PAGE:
Rose Marie McCoy was one of the most prolific and versatile songwriters in the history of American music. A true pioneer, she broke into the white male-dominated music business in the early 1950s, not only writing songs, but also producing records and forming her own publishing firm.
“She knew how to hang in there with the big boys,” remembers singer Maxine Brown. “Everyone was scrapping to get there, but it was always men. Women didn’t have a place, so she made a place for herself.”
Rose Marie McCoy was born April 19, 1922 in Oneida, Arkansas and lived in a tin-top shack on a 40-acre farm her parents were renting. Though she lived in the Mississippi Delta, often referred to as the birthplace of the blues, the blues was not heard in Oneida, for many there considered it “the devil’s music.” But plenty of blues was heard 18 miles away in Helena, Arkansas, and since Helena was where the closest high school for blacks was located, McCoy was sent there to live with her grandparents.
Many famous bluesmen came through Helena, and she loved standing outside the clubs listening to them perform. Famous black jazz bands also traveled through Helena. Often they would put on performances for the students of Eliza Miller High School. It was at one of these performances that McCoy realized she wanted to become a professional singer.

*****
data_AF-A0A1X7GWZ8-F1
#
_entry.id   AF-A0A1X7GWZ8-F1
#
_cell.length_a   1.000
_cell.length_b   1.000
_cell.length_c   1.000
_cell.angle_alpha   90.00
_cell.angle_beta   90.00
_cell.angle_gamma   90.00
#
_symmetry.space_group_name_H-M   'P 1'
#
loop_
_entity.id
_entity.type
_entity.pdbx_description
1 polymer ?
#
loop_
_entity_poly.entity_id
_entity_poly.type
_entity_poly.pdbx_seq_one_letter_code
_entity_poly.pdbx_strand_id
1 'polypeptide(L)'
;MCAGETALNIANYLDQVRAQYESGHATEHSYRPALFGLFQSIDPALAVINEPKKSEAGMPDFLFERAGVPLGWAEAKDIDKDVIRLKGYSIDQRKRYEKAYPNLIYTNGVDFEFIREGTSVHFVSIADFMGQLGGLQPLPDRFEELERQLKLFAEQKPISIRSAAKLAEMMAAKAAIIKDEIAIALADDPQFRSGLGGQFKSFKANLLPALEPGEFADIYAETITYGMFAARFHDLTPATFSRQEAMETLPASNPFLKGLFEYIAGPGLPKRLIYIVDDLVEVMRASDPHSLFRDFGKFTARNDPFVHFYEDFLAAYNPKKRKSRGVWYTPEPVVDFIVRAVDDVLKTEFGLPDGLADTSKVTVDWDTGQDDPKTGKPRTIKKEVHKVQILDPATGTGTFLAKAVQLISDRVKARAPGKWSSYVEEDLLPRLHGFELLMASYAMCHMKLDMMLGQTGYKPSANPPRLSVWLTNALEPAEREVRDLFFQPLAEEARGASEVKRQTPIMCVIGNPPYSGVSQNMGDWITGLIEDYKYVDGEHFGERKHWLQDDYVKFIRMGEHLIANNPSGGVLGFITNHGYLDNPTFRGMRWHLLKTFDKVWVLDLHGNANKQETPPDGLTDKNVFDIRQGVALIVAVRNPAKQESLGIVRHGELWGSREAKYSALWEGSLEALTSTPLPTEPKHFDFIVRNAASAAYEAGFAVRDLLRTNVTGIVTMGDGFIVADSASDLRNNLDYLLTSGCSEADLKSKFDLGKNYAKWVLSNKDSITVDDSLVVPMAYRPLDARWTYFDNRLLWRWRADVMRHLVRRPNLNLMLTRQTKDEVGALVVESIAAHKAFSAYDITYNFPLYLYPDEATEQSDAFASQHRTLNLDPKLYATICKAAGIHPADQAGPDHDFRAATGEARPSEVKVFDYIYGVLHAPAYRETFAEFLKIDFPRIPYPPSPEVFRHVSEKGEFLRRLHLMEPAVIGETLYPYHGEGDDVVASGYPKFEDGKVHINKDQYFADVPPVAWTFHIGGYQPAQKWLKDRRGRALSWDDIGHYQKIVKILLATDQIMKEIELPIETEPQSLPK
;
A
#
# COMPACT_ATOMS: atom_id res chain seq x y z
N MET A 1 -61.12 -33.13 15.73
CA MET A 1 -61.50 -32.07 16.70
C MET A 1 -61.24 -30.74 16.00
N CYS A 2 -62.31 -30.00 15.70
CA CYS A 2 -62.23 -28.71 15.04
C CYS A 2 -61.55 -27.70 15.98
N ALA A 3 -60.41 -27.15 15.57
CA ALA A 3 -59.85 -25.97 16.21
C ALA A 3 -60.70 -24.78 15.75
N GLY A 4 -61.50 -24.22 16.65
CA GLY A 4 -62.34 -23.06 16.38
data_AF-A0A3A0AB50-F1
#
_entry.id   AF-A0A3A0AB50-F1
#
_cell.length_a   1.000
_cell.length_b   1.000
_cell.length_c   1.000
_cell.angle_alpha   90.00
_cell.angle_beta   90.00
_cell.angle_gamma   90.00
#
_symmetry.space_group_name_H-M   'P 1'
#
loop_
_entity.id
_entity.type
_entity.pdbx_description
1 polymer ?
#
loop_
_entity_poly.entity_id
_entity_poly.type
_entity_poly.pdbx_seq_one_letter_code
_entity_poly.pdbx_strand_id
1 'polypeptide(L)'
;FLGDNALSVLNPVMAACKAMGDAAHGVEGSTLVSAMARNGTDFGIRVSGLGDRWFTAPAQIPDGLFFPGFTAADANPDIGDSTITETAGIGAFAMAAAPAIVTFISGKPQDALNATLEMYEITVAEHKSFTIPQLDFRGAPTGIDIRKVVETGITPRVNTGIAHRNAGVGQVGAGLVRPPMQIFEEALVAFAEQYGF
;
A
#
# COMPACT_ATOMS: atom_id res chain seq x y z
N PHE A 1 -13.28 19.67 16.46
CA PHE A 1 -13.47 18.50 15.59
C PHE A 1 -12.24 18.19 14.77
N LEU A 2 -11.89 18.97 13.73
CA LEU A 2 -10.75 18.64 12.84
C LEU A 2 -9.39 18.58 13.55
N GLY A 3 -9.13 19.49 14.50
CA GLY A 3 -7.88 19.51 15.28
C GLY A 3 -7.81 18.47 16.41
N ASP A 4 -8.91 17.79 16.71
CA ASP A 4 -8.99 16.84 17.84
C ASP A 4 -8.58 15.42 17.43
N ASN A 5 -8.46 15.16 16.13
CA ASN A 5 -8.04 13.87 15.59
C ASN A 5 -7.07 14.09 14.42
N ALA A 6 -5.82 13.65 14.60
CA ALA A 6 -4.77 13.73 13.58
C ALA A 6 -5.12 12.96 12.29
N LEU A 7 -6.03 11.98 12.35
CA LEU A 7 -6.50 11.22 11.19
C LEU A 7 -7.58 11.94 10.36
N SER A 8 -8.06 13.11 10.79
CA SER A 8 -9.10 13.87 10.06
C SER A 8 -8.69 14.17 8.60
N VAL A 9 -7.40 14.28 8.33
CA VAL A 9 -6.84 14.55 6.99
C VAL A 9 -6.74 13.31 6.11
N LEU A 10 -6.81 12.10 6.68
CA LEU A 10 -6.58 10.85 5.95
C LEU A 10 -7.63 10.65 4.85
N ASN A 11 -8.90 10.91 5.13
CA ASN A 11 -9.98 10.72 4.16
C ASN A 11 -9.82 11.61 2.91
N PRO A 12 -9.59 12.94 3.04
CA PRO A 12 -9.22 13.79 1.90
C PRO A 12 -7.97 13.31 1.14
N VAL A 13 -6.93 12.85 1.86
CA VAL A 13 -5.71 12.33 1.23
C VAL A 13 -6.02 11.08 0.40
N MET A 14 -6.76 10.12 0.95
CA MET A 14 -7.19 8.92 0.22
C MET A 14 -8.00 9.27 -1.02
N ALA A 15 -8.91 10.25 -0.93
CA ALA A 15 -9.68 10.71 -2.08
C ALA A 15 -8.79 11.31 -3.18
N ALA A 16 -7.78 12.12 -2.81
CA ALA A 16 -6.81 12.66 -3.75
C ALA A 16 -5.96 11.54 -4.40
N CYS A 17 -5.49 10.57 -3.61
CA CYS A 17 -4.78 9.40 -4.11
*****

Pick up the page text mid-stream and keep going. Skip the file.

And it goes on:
There was no place in Arkansas for a woman to make it as a singer, so she moved to New York in 1942. There she found a room in Harlem for $3 a week, a job in a laundry, and clubs to sing in. Soon booking agents found her jobs outside of the city, opening up for top Chitlin’ Circuit performers Moms Mabley and Pigmeat Markham.
In 1946, McCoy’s “After All” was recorded. Receiving such a small amount of royalties, she decided to stop showing her songs around and concentrate on a singing career. Then in 1952, 10 years after coming to New York, she auditioned for Wheeler Records, a small, short lived company formed to capitalize on the growing popularity of black music. The label asked her to write two blues songs to record. As soon as her record was released, music publishers began seeking her out, not as a singer as she had hoped, but as a songwriter. “Gabbin’ Blues," one of the first songs she was asked to write reached #3 on Billboard’s Rhythm & Blues chart in 1953.
“I wrote it like an argument,” explained McCoy. “Big Maybelle did the singing and I did the talking. I said, ‘Here come old evil chick tellin’ everybody she come from Chicago. Got Mississippi written’ all over.’ And Big Maybelle sang, ‘You better stop tryin’ to run my business.’ Then I said, ‘Look who’s got business.’ Back and forth like that.”
Though “Gabbin’ Blues” was a hit, it never broke into the pop charts. Like most records by black artists it was classified as rhythm & blues, a marketing term used to indicate the record was made by black artists and would be marketed to a black audience. R&B records were not played on major radio stations or sold in most record stores.